Students' Quest for Knowledge Most Important to TTU K-12 Teacher
By Leslie Cranford, Section Manager
Trisha Williams loves seeing students succeed. To her, it's the most rewarding part of being an educator.
"When that 'light bulb' lights up and they 'get it,' it's the best feeling," Williams says. "Also, watching students grow in their knowledge; I just love it!"
A teacher for 18 years, Williams has been with TTU K-12 for two. She teaches communication applications, advertising and sales, and exploring careers. In the past she has taught English 1 and theater arts, and communication applications.
Williams says she was drawn to teach in TTU K-12 for two main reasons, the flexibility and the amazing staff. "I have always loved teaching, and this just seemed like a good fit for me."
But teaching online doesn't come without challenges. The most challenging part of online teaching, in her opinion, is missing the personal connections with students.
"When you're in a face-to-face classroom, you learn students' tone, facial expressions, and general presence. These interactions are not available through online teaching; however, I am lucky, I teach communication applications. They must submit videos. Therefore, I get to see them and learn more about them through their videos."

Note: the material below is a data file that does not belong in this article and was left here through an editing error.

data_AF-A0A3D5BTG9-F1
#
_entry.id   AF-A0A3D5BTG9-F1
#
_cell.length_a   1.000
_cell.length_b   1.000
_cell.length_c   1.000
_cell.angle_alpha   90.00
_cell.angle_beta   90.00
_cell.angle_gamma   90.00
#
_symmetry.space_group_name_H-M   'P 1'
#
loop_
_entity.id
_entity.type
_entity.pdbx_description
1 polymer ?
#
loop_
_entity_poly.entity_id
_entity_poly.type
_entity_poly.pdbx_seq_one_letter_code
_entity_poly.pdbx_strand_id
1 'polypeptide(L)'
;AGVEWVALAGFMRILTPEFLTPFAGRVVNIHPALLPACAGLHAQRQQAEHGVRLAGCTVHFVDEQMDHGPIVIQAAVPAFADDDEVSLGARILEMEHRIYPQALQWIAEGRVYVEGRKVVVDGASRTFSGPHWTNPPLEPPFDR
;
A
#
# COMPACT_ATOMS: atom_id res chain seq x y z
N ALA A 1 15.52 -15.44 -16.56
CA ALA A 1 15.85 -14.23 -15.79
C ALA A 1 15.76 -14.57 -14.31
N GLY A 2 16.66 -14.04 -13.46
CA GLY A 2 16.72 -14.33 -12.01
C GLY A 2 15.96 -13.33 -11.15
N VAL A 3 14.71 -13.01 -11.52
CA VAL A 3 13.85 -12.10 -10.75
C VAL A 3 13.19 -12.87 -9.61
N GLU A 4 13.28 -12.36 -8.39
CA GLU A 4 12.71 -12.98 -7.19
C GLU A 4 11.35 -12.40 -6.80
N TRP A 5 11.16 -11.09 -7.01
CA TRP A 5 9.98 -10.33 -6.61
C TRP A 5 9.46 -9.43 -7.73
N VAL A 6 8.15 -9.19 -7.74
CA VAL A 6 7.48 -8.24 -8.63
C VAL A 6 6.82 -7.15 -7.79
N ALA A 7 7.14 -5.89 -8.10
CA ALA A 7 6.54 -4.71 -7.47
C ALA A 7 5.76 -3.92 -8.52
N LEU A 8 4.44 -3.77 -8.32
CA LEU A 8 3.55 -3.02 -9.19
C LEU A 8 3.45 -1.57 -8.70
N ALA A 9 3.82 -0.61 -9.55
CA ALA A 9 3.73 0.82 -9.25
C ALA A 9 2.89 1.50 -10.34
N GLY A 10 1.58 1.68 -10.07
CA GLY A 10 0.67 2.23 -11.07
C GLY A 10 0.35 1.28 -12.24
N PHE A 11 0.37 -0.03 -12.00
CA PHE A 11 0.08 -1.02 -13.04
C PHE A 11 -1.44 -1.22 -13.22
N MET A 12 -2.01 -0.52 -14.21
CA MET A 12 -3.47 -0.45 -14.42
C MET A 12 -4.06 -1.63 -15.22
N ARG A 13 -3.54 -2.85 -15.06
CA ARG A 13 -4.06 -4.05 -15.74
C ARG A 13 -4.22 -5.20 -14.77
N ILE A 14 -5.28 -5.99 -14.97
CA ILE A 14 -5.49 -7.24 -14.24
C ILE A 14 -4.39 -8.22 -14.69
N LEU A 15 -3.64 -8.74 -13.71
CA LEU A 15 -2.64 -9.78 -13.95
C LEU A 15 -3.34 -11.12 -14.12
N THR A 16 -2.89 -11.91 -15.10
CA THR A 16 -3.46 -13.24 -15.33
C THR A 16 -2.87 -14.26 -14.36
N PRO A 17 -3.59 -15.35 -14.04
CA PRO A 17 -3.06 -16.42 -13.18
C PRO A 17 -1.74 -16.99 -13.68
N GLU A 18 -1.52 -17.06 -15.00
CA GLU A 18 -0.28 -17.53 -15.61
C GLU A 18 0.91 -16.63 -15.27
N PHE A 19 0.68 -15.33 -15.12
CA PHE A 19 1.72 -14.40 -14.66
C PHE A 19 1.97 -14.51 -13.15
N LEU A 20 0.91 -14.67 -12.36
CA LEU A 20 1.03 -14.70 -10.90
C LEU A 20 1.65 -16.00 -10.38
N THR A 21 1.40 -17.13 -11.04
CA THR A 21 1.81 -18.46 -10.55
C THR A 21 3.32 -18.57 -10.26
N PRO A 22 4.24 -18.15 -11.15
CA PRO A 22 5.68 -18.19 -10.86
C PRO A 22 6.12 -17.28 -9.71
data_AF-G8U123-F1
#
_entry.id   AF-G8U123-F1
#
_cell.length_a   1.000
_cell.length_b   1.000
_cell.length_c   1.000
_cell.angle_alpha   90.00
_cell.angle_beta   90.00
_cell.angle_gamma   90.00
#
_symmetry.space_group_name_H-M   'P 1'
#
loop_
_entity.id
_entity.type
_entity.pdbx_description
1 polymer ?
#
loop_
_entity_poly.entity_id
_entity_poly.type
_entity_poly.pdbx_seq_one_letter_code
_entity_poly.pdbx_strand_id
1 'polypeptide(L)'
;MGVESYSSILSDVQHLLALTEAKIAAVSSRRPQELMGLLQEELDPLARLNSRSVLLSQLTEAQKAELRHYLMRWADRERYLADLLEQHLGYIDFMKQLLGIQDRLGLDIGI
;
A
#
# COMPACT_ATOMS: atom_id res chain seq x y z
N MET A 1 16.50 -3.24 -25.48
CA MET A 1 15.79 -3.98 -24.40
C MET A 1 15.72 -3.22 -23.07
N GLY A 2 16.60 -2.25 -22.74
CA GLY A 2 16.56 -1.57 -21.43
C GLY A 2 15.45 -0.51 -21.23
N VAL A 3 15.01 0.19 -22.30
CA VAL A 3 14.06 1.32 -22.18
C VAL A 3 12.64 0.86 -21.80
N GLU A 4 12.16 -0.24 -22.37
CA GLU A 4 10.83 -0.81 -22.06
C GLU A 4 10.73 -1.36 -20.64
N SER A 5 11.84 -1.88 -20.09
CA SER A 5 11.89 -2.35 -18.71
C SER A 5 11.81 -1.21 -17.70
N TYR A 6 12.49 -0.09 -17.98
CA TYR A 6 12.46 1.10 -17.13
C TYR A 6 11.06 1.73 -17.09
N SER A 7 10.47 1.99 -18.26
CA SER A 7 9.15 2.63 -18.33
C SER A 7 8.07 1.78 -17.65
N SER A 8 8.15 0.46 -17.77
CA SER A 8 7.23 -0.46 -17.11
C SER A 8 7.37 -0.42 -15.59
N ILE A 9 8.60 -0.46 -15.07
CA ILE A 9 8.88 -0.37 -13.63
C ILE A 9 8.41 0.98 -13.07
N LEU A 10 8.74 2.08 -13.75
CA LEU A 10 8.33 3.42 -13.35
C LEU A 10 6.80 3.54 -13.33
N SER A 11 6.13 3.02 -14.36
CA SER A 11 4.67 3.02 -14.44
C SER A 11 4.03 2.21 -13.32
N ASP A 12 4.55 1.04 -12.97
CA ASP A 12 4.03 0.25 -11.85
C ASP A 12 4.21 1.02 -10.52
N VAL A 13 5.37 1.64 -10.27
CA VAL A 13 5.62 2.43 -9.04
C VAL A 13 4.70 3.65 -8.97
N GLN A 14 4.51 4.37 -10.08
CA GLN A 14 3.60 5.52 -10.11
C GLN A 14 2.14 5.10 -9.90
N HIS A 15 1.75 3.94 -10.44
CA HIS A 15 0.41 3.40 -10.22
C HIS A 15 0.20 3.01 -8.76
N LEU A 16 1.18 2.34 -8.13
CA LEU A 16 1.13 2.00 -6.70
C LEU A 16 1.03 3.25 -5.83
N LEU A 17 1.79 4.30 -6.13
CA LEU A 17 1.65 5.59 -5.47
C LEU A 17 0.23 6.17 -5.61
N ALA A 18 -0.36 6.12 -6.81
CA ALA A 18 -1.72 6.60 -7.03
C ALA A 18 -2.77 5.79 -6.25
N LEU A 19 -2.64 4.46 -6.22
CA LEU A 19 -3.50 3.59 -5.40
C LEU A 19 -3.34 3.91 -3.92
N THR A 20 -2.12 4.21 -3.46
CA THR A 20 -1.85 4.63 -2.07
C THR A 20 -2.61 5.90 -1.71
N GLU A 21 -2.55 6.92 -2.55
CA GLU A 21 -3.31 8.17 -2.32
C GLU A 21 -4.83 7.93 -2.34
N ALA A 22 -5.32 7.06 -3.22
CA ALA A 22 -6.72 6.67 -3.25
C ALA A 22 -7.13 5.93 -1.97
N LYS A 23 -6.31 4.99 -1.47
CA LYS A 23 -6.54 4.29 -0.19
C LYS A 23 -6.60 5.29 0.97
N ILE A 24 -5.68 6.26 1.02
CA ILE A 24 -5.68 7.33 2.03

As a teacher, Williams' philosophy is that the student should enjoy learning, not necessarily the subject matter, but love learning in general.
"I want my students to constantly be on a quest for knowledge and seek understanding. If they have a love for learning, they can learn anything."
And as teachers do, Williams also offers advice to her students, and to all students, especially those learning online.
"Communicate! Having communication between you and your teacher will ensure both parties have all the information they need," she cautioned. "There are going to be hick-ups with online school, and through communication, you can usually resolve most of these."
Williams added, "Do not procrastinate! Waiting until the last minute to do anything will almost always result in a poor outcome."
From Denver City, Texas, Williams graduated from Texas Tech with a bachelor's degree
in English, then from Wayland Baptist University with a Master of Arts degree in counseling.
She's been married for more than 17 years to her husband Kevin, and they have three daughters ranging in age from six to 12.
"I love chasing my family, and photography," she said. "Photography is a hobby I love, but rarely have time to pursue. I love all things crafty."